The unnamed officer who will take the course is expected to train other officers upon completion, according to the release.
"That's ridiculous. That's absolutely absurd. That's not how you do a training," said Cordell, who also doesn't understand why the department didn't tap into the county's own LGBT resources and LGBT law enforcement trainings already in place.
In a follow-up email, Meghan Horrigan-Taylor, Palo Alto's chief communications officer wrote that mandatory LGBT sensitivity training for officers is a new law as of this year. The course in Napa happened to be the first available Peace Officer Standards and Training-certified course following the settlement.
She reiterated that the training is a new addition to other similar community sensitivity trainings. The course will be extended to all sworn personnel in January 2020.
Maribel Martinez, a queer woman who's the director of the Santa Clara County Office of LGBTQ Affairs, has been following the case closely. She expressed her disappointment that "police departments wait until there is a conflict or issue that escalates and then have to settle and mandate training."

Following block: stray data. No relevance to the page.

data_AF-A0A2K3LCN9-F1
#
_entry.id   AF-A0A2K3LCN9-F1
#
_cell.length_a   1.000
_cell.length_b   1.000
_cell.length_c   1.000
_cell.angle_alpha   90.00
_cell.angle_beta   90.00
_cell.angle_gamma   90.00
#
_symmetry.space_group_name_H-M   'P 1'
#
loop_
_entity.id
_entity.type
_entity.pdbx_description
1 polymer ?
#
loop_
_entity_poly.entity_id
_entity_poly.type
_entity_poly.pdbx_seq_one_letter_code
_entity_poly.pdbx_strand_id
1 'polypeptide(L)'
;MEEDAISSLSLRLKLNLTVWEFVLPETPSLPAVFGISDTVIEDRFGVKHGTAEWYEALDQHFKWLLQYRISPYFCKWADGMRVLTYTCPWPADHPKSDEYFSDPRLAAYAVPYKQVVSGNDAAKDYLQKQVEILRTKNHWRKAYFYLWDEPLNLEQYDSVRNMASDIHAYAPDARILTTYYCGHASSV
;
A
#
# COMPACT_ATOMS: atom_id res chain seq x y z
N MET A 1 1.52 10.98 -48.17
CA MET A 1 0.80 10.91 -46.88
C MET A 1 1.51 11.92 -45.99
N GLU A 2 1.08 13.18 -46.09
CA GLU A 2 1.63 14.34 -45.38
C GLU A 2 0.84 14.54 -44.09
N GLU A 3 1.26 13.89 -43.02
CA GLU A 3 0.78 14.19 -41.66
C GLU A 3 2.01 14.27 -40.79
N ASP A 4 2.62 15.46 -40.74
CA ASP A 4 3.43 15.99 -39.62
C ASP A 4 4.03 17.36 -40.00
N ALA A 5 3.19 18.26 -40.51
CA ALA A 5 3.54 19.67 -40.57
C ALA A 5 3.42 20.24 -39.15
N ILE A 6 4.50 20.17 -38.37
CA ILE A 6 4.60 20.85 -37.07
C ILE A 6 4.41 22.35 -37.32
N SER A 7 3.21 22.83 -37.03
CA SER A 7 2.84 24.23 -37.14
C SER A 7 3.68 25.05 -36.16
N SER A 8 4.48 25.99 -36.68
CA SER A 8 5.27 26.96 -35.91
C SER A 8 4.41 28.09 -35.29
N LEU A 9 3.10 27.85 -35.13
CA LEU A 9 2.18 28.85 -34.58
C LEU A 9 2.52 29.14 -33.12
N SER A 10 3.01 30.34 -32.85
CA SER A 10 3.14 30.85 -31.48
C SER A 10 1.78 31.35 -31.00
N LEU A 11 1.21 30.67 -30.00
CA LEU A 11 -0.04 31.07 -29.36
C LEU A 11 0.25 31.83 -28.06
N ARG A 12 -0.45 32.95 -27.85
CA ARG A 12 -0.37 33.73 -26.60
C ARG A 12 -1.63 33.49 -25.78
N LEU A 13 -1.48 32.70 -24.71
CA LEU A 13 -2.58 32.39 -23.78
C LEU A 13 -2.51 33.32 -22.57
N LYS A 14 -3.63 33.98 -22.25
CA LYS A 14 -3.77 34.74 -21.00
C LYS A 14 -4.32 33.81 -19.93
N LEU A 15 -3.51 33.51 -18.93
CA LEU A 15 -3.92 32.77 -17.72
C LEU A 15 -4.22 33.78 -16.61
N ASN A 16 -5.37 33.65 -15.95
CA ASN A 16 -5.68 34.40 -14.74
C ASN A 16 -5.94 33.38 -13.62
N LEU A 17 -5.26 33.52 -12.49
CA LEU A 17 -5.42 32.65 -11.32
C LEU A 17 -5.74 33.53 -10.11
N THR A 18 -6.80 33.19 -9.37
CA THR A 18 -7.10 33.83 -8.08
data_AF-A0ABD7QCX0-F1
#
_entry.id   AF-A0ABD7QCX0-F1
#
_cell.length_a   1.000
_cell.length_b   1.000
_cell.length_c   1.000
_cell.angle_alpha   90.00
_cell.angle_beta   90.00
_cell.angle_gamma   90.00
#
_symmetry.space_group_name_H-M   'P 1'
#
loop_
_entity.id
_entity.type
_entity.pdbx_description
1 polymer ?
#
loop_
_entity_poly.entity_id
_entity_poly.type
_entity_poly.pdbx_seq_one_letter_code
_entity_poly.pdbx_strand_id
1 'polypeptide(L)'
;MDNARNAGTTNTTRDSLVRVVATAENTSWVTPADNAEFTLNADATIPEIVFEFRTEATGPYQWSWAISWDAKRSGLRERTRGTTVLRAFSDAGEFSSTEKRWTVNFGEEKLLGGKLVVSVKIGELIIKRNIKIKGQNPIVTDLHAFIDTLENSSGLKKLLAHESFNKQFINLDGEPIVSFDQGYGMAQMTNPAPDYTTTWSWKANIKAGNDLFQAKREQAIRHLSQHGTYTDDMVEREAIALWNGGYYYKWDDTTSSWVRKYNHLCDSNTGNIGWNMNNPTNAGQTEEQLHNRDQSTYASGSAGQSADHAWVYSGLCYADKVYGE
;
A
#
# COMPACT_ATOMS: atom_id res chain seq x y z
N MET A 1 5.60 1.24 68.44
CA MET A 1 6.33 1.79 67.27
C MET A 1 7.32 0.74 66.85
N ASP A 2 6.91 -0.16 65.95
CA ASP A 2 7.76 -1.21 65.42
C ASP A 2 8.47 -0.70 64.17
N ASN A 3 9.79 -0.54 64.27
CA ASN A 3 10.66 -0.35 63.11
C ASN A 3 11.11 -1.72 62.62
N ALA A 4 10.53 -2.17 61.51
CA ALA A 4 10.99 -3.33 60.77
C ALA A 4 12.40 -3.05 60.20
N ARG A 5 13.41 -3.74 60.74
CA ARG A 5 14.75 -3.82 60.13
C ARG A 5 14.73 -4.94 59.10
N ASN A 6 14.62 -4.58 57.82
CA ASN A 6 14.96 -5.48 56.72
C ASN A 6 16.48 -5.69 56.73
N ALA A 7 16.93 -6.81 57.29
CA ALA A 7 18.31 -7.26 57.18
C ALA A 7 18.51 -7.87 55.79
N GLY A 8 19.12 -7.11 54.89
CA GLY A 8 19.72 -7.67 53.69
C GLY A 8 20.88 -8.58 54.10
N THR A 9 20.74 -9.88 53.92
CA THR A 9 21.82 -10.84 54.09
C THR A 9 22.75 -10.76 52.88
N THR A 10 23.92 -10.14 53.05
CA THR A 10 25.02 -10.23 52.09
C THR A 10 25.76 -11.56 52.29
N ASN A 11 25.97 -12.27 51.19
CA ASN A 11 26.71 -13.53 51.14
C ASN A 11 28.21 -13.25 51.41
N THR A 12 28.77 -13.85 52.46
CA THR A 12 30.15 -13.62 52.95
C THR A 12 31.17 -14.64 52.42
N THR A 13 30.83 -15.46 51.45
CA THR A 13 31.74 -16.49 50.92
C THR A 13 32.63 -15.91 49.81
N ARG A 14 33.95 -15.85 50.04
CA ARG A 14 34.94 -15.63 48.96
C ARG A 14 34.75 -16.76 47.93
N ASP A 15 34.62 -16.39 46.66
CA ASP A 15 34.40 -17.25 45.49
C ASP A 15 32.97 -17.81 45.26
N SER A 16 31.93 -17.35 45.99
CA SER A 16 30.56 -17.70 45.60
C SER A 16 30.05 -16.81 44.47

However, she was also hopeful that Alvarez's case could be a teachable moment.
"I feel that many law enforcement agencies can learn from this and be proactive in training their force," she said, praising the Napa police officer LGBT sensitivity training course and its forthcoming Out to Protect conference in April.
"We encourage all law enforcement in the area to attend this wonderful training," said Martinez, noting that the conference is attracting experts from all over the country.
She also encouraged local police departments to create LGBT advisory groups, like San Jose's Police Department has, and offered additional support locally through the LGBTQ affairs office.
Alvarez, who still lives in Palo Alto, continues to suffer from the after-effects from the incident, his attorney said.
"He has lasting physical effects that stem from the injuries that he sustained," said Salfen. "He has very serious psychological effects that are very much front and center in his life."
Alvarez still hasn't received the letter of apology from Benitez nearly three weeks after the settlement, Salfen said.
Salfen hopes that Alvarez will be able to leave Palo Alto at some point, but noted that his departure won't resolve the city and police department's issues.
"Gustavo leaving that city, that's not going to change the police department," he said, adding that some citizens are afraid to call the police when real crimes are happening because they fear they will be targeted. "There are plenty of other similarly situated citizens who are just going to be the next victim of this agency until the agency is reformed."
Cordell said the police department must change.
"I'm very worried about any other people who look like Alvarez or who look like me who might have an interaction with these officers," she said.